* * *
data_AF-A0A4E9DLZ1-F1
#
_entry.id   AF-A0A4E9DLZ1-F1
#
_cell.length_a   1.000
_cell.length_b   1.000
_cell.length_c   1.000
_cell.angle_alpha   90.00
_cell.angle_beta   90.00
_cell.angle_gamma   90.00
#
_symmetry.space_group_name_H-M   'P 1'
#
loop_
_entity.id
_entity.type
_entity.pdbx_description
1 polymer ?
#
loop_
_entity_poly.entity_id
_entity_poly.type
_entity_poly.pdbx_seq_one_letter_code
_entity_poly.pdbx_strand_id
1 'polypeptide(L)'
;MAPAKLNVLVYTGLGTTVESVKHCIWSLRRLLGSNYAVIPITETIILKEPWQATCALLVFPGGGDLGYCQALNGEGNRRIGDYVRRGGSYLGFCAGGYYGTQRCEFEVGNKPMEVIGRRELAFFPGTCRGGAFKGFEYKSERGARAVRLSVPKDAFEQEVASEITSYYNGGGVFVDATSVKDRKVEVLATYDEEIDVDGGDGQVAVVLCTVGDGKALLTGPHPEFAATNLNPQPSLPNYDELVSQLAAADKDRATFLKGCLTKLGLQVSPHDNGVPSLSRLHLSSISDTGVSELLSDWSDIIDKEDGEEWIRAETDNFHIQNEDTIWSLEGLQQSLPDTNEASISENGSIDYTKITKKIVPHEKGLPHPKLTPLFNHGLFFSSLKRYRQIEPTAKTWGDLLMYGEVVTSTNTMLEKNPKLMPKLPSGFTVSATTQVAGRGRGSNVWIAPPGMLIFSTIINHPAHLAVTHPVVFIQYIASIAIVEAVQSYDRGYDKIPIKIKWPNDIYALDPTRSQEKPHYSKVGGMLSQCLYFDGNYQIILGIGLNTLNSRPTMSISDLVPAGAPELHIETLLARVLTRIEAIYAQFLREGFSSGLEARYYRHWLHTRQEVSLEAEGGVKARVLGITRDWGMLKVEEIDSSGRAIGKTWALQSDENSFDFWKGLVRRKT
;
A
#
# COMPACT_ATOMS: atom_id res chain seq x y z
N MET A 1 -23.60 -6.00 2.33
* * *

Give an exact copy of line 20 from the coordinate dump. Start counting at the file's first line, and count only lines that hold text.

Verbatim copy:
loop_